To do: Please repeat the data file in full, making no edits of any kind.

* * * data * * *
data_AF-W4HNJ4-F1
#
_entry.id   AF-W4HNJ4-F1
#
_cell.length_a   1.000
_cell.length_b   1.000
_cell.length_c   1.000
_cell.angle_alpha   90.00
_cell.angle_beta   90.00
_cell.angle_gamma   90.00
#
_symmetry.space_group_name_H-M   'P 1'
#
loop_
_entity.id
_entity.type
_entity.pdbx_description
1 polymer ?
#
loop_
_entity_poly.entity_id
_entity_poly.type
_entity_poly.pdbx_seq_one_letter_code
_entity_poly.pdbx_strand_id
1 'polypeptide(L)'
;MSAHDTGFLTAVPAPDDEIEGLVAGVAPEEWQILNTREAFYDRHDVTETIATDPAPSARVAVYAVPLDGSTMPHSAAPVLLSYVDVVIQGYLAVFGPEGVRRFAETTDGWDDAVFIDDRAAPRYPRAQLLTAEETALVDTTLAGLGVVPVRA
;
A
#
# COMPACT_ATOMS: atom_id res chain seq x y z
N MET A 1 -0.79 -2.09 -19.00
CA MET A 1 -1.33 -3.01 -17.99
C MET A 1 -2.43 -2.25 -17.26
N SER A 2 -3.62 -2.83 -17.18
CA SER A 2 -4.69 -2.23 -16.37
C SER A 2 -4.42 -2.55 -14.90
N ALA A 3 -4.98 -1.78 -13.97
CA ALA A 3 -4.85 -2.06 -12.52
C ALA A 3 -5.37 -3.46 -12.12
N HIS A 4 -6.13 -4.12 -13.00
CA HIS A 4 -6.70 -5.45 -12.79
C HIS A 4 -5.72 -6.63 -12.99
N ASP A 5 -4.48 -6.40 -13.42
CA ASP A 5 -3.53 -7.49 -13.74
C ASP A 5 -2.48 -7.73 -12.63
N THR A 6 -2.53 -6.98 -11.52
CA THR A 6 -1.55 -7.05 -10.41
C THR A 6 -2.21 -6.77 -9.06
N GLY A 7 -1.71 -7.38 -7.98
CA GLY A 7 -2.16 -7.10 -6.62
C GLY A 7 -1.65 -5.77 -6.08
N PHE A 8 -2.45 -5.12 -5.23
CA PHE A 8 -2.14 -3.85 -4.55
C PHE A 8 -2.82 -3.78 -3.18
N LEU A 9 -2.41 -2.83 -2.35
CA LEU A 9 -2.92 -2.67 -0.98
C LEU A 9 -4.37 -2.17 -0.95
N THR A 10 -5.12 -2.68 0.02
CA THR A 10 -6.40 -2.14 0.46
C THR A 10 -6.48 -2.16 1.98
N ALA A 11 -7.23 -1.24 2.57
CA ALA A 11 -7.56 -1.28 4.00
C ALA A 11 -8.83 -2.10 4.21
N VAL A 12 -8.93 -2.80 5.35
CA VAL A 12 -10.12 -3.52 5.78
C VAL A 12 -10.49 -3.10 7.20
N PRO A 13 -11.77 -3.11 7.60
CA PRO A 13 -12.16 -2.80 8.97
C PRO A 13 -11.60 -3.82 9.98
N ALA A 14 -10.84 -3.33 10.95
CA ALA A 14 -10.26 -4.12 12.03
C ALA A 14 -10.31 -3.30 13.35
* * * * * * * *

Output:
data_AF-W4HNJ4-F1
#
_entry.id   AF-W4HNJ4-F1
#
_cell.length_a   1.000
_cell.length_b   1.000
_cell.length_c   1.000
_cell.angle_alpha   90.00
_cell.angle_beta   90.00
_cell.angle_gamma   90.00
#
_symmetry.space_group_name_H-M   'P 1'
#
loop_
_entity.id
_entity.type
_entity.pdbx_description
1 polymer ?
#
loop_
_entity_poly.entity_id
_entity_poly.type
_entity_poly.pdbx_seq_one_letter_code
_entity_poly.pdbx_strand_id
1 'polypeptide(L)'
;MSAHDTGFLTAVPAPDDEIEGLVAGVAPEEWQILNTREAFYDRHDVTETIATDPAPSARVAVYAVPLDGSTMPHSAAPVLLSYVDVVIQGYLAVFGPEGVRRFAETTDGWDDAVFIDDRAAPRYPRAQLLTAEETALVDTTLAGLGVVPVRA
;
A
#
# COMPACT_ATOMS: atom_id res chain seq x y z
N MET A 1 -0.79 -2.09 -19.00
CA MET A 1 -1.33 -3.01 -17.99
C MET A 1 -2.43 -2.25 -17.26
N SER A 2 -3.62 -2.83 -17.18
CA SER A 2 -4.69 -2.23 -16.37
C SER A 2 -4.42 -2.55 -14.90
N ALA A 3 -4.98 -1.78 -13.97
CA ALA A 3 -4.85 -2.06 -12.52
C ALA A 3 -5.37 -3.46 -12.12
N HIS A 4 -6.13 -4.12 -13.00
CA HIS A 4 -6.70 -5.45 -12.79
C HIS A 4 -5.72 -6.63 -12.99
N ASP A 5 -4.48 -6.40 -13.42
CA ASP A 5 -3.53 -7.49 -13.74
C ASP A 5 -2.48 -7.73 -12.63
N THR A 6 -2.53 -6.98 -11.52
CA THR A 6 -1.55 -7.05 -10.41
C THR A 6 -2.21 -6.77 -9.06
N GLY A 7 -1.71 -7.38 -7.98
CA GLY A 7 -2.16 -7.10 -6.62
C GLY A 7 -1.65 -5.77 -6.08
N PHE A 8 -2.45 -5.12 -5.23
CA PHE A 8 -2.14 -3.85 -4.55
C PHE A 8 -2.82 -3.78 -3.18
N LEU A 9 -2.41 -2.83 -2.35
CA LEU A 9 -2.92 -2.67 -0.98
C LEU A 9 -4.37 -2.17 -0.95
N THR A 10 -5.12 -2.68 0.02
CA THR A 10 -6.40 -2.14 0.46
C THR A 10 -6.48 -2.16 1.98
N ALA A 11 -7.23 -1.24 2.57
CA ALA A 11 -7.56 -1.28 4.00
C ALA A 11 -8.83 -2.10 4.21
N VAL A 12 -8.93 -2.80 5.35
CA VAL A 12 -10.12 -3.52 5.78
C VAL A 12 -10.49 -3.10 7.20
N PRO A 13 -11.77 -3.11 7.60
CA PRO A 13 -12.16 -2.80 8.97
C PRO A 13 -11.60 -3.82 9.98
N ALA A 14 -10.84 -3.33 10.95
CA ALA A 14 -10.26 -4.12 12.03
C ALA A 14 -10.31 -3.30 13.35